Glamping is a way to experience the adventure of camping, but without sacrificing amenities that we all crave. While glamping can mean a luxurious experience with resort-style amenities, it can also be something as simple as camping with electricity, running water, and more comfortable living space. 

We arrived at Deep Creek Lake State Park around 4 pm in the afternoon and immediately began setting up our living space for the next two nights. We decorated the high ceiling of our tent with string lights and a baby mobile. A camping rug served as a perfect playmat for our little one to explore the tent away from lurking mosquitos. The centerpiece of our glamping unit was a lush inflatable mattress complete with a variety of camping pillows and jersey-knit sheets and a portable bassinet placed beside it. 

Mother, Father, and child in front of a tent with their dog
Photo Credit:

Around 8 pm, Scott ran out to Arrowhead Market to purchase a few last-minute items. I stayed behind in the tent with Huckleberry and our little one. Together we laid on the giant mattress, with Huckleberry curled up against my side and my son snuggled on top of me in his little onesie dreaming the night away. I loved the intimate moment of experiencing the great outdoors with my son. The darkness, the sounds of crickets, the faint smell of campfire drifting through the air while feeling his little chest move up and down on mine. It was a moment of pure connectedness.

The following two days we spent exploring the state park and surrounding areas of Garrett County. The campground has over a mile of shoreline including two sanded beaches. While I waded into the water with our son in my arms, Scott mounted a hammock between two nearby trees and relaxed in the shade with Huckleberry. We also spent some time inside the park’s Discovery Center, a full sensory experience with opportunities to touch, listen, and observe. While our 5-month old was a bit too young to fully understand every exhibit, it was amazing to see him curious and captivated by the feeling of animal pelts under his fingertips and the sight of freshwater fish swimming before his eyes.

Mother with son on her lap eating ice cream looking at the boats
Photo Credit:

We took a short drive to Swallow Falls State Park during our trip. The 1.5 mile Canyon loop trail is kid-friendly, and between Labor Day and Memorial Day, it is also dog-friendly. Hiking with a baby in a carrier was a little tough at certain points along the trail, however, it was well worth it for the views of Muddy Creek Falls  (the highest in Maryland) and Swallow Falls. Huckleberry also had an enjoyable time splashing his paws in the natural pools of cascading water.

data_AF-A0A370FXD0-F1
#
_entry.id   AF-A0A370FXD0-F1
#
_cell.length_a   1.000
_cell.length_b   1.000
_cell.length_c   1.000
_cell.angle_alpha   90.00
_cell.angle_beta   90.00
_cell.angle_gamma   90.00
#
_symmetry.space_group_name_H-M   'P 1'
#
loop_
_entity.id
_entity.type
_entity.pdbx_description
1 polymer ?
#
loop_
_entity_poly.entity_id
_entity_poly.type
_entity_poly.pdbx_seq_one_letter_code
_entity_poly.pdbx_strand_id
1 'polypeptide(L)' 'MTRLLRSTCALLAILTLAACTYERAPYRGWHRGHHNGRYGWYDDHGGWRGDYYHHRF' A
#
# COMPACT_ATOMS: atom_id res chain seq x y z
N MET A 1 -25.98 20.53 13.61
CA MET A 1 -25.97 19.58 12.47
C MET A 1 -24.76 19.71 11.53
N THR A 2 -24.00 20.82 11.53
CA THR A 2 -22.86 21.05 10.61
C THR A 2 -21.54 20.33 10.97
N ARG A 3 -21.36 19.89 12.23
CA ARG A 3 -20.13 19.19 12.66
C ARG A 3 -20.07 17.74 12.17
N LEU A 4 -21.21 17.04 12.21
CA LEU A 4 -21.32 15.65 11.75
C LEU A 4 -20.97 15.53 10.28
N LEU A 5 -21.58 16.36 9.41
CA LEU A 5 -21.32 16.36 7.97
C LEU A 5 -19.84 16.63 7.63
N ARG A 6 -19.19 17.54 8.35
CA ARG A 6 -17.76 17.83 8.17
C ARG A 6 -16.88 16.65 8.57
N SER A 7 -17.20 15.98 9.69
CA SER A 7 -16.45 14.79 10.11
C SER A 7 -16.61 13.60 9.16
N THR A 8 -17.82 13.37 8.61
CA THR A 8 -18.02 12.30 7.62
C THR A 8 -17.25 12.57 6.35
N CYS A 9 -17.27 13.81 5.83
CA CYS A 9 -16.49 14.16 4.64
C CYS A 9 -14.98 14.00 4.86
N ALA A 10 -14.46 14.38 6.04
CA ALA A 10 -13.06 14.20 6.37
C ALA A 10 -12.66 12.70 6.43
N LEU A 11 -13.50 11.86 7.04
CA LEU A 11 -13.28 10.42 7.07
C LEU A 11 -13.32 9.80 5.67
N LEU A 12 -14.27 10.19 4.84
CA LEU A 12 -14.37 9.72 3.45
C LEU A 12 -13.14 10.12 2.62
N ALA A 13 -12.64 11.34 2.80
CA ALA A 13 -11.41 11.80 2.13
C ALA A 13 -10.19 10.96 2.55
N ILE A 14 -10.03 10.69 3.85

Father holding a baby
Photo Credit:

After the hike, we rewarded ourselves with a scoop of ice cream covered in sprinkles from Lakeside Creamery, the perfect ending to a first family camping trip.

There is something special about staying at the same campground where I spent so many summers as a kid with my parents. It is the magic of reliving my childhood memories while at the same time creating new ones with my own family. Although this was without a doubt the most we have ever packed for a camping trip, it was worth it being able to spend unadulterated time as a new family surrounded by the natural beauty of Deep Creek Lake.

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About the Author

Cecilia and her husband Scott run the adventure travel website where you can expect to find off-the-grid destinations, unique stays, helpful city guides, and epic travel stories. Their Instagram is filled with travel photos to inspire your next big adventure and they have recently been featured in Business Insider and Yahoo Finance.